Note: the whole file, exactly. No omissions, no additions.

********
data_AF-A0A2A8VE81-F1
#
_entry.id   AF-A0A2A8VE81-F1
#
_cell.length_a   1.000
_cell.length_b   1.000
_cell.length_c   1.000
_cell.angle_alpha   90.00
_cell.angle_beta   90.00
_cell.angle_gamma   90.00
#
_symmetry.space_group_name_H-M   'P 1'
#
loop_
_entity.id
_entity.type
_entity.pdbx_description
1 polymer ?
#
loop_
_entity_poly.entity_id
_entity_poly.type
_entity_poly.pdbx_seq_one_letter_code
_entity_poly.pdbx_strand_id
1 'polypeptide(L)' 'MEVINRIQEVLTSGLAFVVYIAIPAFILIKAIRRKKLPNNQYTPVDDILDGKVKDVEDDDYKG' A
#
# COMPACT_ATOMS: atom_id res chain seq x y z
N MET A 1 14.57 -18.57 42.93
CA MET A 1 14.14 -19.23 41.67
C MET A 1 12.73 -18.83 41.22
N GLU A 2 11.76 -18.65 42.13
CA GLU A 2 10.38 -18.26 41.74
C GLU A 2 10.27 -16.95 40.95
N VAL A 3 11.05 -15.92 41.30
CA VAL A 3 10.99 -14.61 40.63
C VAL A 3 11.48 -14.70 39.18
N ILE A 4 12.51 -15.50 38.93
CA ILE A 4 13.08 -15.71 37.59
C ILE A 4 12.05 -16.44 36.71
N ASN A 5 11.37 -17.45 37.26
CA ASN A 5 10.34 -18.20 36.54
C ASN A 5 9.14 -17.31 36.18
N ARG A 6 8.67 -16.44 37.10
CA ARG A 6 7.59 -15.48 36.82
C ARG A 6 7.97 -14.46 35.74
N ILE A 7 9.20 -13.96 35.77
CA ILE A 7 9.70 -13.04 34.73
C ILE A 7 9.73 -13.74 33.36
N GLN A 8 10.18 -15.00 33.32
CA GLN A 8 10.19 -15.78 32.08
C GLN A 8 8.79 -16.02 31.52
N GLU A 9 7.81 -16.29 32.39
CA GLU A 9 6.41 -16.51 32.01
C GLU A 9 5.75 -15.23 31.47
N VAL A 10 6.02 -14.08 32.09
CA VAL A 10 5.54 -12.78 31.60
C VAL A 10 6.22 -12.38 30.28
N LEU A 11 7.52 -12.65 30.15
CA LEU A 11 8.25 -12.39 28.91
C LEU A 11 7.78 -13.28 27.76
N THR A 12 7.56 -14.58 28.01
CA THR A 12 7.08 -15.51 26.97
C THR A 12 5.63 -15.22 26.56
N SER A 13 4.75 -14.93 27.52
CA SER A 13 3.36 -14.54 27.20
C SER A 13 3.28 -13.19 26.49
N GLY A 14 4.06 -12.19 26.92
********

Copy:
data_AF-A0A2A8VE81-F1
#
_entry.id   AF-A0A2A8VE81-F1
#
_cell.length_a   1.000
_cell.length_b   1.000
_cell.length_c   1.000
_cell.angle_alpha   90.00
_cell.angle_beta   90.00
_cell.angle_gamma   90.00
#
_symmetry.space_group_name_H-M   'P 1'
#
loop_
_entity.id
_entity.type
_entity.pdbx_description
1 polymer ?
#
loop_
_entity_poly.entity_id
_entity_poly.type
_entity_poly.pdbx_seq_one_letter_code
_entity_poly.pdbx_strand_id
1 'polypeptide(L)' 'MEVINRIQEVLTSGLAFVVYIAIPAFILIKAIRRKKLPNNQYTPVDDILDGKVKDVEDDDYKG' A
#
# COMPACT_ATOMS: atom_id res chain seq x y z
N MET A 1 14.57 -18.57 42.93
CA MET A 1 14.14 -19.23 41.67
C MET A 1 12.73 -18.83 41.22
N GLU A 2 11.76 -18.65 42.13
CA GLU A 2 10.38 -18.26 41.74
C GLU A 2 10.27 -16.95 40.95
N VAL A 3 11.05 -15.92 41.30
CA VAL A 3 10.99 -14.61 40.63
C VAL A 3 11.48 -14.70 39.18
N ILE A 4 12.51 -15.50 38.93
CA ILE A 4 13.08 -15.71 37.59
C ILE A 4 12.05 -16.44 36.71
N ASN A 5 11.37 -17.45 37.26
CA ASN A 5 10.34 -18.20 36.54
C ASN A 5 9.14 -17.31 36.18
N ARG A 6 8.67 -16.44 37.10
CA ARG A 6 7.59 -15.48 36.82
C ARG A 6 7.97 -14.46 35.74
N ILE A 7 9.20 -13.96 35.77
CA ILE A 7 9.70 -13.04 34.73
C ILE A 7 9.73 -13.74 33.36
N GLN A 8 10.18 -15.00 33.32
CA GLN A 8 10.19 -15.78 32.08
C GLN A 8 8.79 -16.02 31.52
N GLU A 9 7.81 -16.29 32.39
CA GLU A 9 6.41 -16.51 32.01
C GLU A 9 5.75 -15.23 31.47
N VAL A 10 6.02 -14.08 32.09
CA VAL A 10 5.54 -12.78 31.60
C VAL A 10 6.22 -12.38 30.28
N LEU A 11 7.52 -12.65 30.15
CA LEU A 11 8.25 -12.39 28.91
C LEU A 11 7.78 -13.28 27.76
N THR A 12 7.56 -14.58 28.01
CA THR A 12 7.08 -15.51 26.97
C THR A 12 5.63 -15.22 26.56
N SER A 13 4.75 -14.93 27.52
CA SER A 13 3.36 -14.54 27.20
C SER A 13 3.28 -13.19 26.49
N GLY A 14 4.06 -12.19 26.92